There are two reasons it took me this long to post this up, when Lord only knows I’ve been complaining for a long time.
Firstly, I’m about as comfortable with technology as a monkey is with calculus. I literally had to ask a friend to walk me through how to navigate this site, clicky by clicky.
Secondly, every time I try to contemplate a future anywhere but here, it makes me really nervous and upset, and I place it squarely in the Too Hard basket.
See, this is what happens when you’re a third culture kid who becomes attached.
You’ve heard of us, haven’t you? Those of us born somewhere, raised somewhere different, and often living yet another somewhere. I was born to Indian parents in Ireland, raised in Canada, Malaysia and Brunei, and as proof that God has a sense of humour, have ended up squarely in Taree, NSW, where the PARTY.IS.AT, amirite?!
What’s an even bigger joke, is that despite finishing high school in Australia, being the daughter of two Area-of-Need specialists (we just finished paying off our house), having an Australian degree (well, in a year, anyway), a 2-year rural placement (that I not only chose but had to fight for) and an overwhelming desire to be a rural GP, I am still considered “International”. Because of a goddamn series of technicalities.
I’m a little different to your typical International student, if you haven’t already guessed. Because the last two paragraphs illustrate a paradox: Captain International vs. Local Yokel.
Like all the rest of us, it took me awhile. Australia took me awhile. I wasn’t used to your language (WHAT is a u-ey and WHY would I chuck one?! NO COMPRENDE.), I wasn’t used to awful uncomfortable thongs and awful comfortable Ugg-Croc hybrids, I wasn’t used to perennial sunshine and freezing rain, I wasn’t used to barbies or snags or potato pies. And alcohol terrified me. But as Alanis Morissette sang in Angry Song #7, “you’ve already won me ohhh-vaaah, in spite of me.” In spite of my homesickness, cynicism and distrust (where I’m from, you DO NOT just randomly smile at people you don’t know unless you’re trying to steal something). You won me over, Australia, you won me over something fierce. And nothing made me happier than realizing that This Was It for me. That the moving and uprooting was over, because I’d found home. Placement after placement would reinstate how much I loved this country.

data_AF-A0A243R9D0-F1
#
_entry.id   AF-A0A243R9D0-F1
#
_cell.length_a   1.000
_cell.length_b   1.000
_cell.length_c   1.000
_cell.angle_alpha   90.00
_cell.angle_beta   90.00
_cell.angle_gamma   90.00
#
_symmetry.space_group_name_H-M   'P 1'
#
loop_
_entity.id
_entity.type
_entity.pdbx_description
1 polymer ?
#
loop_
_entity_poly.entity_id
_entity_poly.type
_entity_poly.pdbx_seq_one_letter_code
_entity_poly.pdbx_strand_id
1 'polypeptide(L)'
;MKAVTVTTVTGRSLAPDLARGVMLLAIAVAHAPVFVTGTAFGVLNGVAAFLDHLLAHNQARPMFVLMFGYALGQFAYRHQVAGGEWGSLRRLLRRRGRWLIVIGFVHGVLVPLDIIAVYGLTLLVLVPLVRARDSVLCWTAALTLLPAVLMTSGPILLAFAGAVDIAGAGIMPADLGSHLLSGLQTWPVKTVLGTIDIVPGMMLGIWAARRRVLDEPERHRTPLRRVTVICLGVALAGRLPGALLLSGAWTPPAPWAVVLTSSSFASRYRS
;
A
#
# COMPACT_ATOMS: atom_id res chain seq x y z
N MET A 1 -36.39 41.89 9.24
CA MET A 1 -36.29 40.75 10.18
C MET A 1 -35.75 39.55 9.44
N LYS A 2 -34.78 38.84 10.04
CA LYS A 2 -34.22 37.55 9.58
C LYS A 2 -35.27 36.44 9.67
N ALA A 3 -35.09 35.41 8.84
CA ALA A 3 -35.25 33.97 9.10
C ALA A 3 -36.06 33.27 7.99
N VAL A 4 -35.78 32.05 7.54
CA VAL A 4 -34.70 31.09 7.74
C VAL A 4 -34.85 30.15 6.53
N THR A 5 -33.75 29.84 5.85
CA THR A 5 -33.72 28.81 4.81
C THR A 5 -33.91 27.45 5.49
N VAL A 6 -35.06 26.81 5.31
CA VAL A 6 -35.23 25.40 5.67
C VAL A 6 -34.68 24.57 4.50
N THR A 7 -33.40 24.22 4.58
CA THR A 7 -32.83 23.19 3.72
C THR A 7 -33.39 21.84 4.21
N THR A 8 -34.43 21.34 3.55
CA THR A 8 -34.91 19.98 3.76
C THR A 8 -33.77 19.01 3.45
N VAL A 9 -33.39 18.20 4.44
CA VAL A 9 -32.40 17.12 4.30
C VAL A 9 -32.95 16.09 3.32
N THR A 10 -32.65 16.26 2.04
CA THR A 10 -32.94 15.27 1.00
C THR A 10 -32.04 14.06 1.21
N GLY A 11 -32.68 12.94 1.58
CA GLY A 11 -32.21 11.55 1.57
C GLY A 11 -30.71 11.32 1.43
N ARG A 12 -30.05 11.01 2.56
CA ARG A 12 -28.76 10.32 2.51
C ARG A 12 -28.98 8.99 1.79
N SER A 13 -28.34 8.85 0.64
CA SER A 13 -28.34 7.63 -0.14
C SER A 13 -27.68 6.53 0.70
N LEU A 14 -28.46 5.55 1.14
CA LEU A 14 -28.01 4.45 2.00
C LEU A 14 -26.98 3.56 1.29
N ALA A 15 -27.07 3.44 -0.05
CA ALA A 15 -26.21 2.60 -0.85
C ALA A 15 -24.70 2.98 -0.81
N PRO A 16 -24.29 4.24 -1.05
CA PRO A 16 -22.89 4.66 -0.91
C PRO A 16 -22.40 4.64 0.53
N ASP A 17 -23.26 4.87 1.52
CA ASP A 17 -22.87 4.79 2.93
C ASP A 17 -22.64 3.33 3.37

You know that feeling, when you’re so excited about the future that you don’t really care about the present? That’s how medicine makes me feel.
I love Australia. And I want to stay here so very, very badly.
But let’s call a spade a spade: we’re being treated like we just don’t matter. If not out-and-out disdain, with at least a disrespect and disregard that breaks my heart.
We, the 182? We have degrees from YOUR country, not ours. We’ve learned skills in YOUR hospitals, not ours. Ischaemic heart disease kills our patients, not malaria. We’ve watched Ethel, Maud and Daphne battle polypharmacy, Falls-in-the-Elderly and being ignored in ED. We’ve come home after Palliative Care terms and wept quietly to our parents. (In India, by the way, palliative care doesn’t really…..exist. At least not to anywhere near the level it does here).
I have no idea how the health system in Ireland operates, and I’ll have to go there if Australia won’t have me.
Australia, please have me. Please have us. At the risk of sounding like Meredith Grey (I seriously hate that wench), I’m imploring you: don’t lose us. This is THE DEFINITION of a win-win-win-win-win-win situation, but it risks being screwed up completely because of the narrow-mindedness and denial that often goes with poor forward planning. This is the powers-that-be saying, “What mistake? We made no mistake! It’s all THEIR fault, THEY can’t even speak English! AND BTW WHY AREN’T *THEY* PAYING FOR THEIR INTERNSHIPS, HMMM?”
Despite the profound insult to injury, I’m going to stand here and take it gracefully. Because grace in the face of overwhelming stupidity, callousness and ingratitude is just another thing that’s going to make me, and all my homeboys, amazing doctors.
And we’d really, really like to be yours.
Sana will graduate in 2013. The #interncrisis is going to be a long term problem, and unless a solution is found she may not have an internship next year. Take Action